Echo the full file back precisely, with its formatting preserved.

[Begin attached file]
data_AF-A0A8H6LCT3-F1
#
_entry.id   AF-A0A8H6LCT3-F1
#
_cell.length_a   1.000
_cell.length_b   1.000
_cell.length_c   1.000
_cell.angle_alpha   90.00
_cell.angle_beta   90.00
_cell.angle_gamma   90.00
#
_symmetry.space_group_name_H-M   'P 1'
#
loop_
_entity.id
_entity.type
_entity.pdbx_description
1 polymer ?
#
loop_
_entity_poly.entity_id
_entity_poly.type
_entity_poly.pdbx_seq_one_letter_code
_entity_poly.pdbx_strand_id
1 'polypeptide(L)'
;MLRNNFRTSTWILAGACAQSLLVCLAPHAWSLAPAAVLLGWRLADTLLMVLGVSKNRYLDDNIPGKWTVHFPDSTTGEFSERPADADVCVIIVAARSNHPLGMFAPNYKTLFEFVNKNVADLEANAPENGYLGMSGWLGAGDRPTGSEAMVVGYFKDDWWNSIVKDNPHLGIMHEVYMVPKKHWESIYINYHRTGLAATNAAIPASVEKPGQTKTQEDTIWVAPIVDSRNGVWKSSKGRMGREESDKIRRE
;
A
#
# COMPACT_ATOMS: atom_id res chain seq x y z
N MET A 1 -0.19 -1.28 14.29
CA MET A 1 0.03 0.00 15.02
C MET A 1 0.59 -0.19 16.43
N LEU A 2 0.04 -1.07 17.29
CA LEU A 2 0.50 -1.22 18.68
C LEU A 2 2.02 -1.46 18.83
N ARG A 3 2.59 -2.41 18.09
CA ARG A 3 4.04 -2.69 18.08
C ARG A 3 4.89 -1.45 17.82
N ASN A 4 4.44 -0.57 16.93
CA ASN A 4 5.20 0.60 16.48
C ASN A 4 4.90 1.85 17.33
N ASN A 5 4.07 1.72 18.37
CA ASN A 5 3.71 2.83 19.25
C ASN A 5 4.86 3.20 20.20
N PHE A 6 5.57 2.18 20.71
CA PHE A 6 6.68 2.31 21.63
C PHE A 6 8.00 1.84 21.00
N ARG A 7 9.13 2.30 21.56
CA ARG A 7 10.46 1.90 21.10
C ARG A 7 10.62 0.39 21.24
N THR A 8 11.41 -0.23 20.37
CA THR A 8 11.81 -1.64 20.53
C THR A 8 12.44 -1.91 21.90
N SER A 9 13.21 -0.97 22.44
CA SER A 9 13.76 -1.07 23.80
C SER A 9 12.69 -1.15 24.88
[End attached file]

data_AF-A0A8H6LCT3-F1
#
_entry.id   AF-A0A8H6LCT3-F1
#
_cell.length_a   1.000
_cell.length_b   1.000
_cell.length_c   1.000
_cell.angle_alpha   90.00
_cell.angle_beta   90.00
_cell.angle_gamma   90.00
#
_symmetry.space_group_name_H-M   'P 1'
#
loop_
_entity.id
_entity.type
_entity.pdbx_description
1 polymer ?
#
loop_
_entity_poly.entity_id
_entity_poly.type
_entity_poly.pdbx_seq_one_letter_code
_entity_poly.pdbx_strand_id
1 'polypeptide(L)'
;MLRNNFRTSTWILAGACAQSLLVCLAPHAWSLAPAAVLLGWRLADTLLMVLGVSKNRYLDDNIPGKWTVHFPDSTTGEFSERPADADVCVIIVAARSNHPLGMFAPNYKTLFEFVNKNVADLEANAPENGYLGMSGWLGAGDRPTGSEAMVVGYFKDDWWNSIVKDNPHLGIMHEVYMVPKKHWESIYINYHRTGLAATNAAIPASVEKPGQTKTQEDTIWVAPIVDSRNGVWKSSKGRMGREESDKIRRE
;
A
#
# COMPACT_ATOMS: atom_id res chain seq x y z
N MET A 1 -0.19 -1.28 14.29
CA MET A 1 0.03 0.00 15.02
C MET A 1 0.59 -0.19 16.43
N LEU A 2 0.04 -1.07 17.29
CA LEU A 2 0.50 -1.22 18.68
C LEU A 2 2.02 -1.46 18.83
N ARG A 3 2.59 -2.41 18.09
CA ARG A 3 4.04 -2.69 18.08
C ARG A 3 4.89 -1.45 17.82
N ASN A 4 4.44 -0.57 16.93
CA ASN A 4 5.20 0.60 16.48
C ASN A 4 4.90 1.85 17.33
N ASN A 5 4.07 1.72 18.37
CA ASN A 5 3.71 2.83 19.25
C ASN A 5 4.86 3.20 20.20
N PHE A 6 5.57 2.18 20.71
CA PHE A 6 6.68 2.31 21.63
C PHE A 6 8.00 1.84 21.00
N ARG A 7 9.13 2.30 21.56
CA ARG A 7 10.46 1.90 21.10
C ARG A 7 10.62 0.39 21.24
N THR A 8 11.41 -0.23 20.37
CA THR A 8 11.81 -1.64 20.53
C THR A 8 12.44 -1.91 21.90
N SER A 9 13.21 -0.97 22.44
CA SER A 9 13.76 -1.07 23.80
C SER A 9 12.69 -1.15 24.88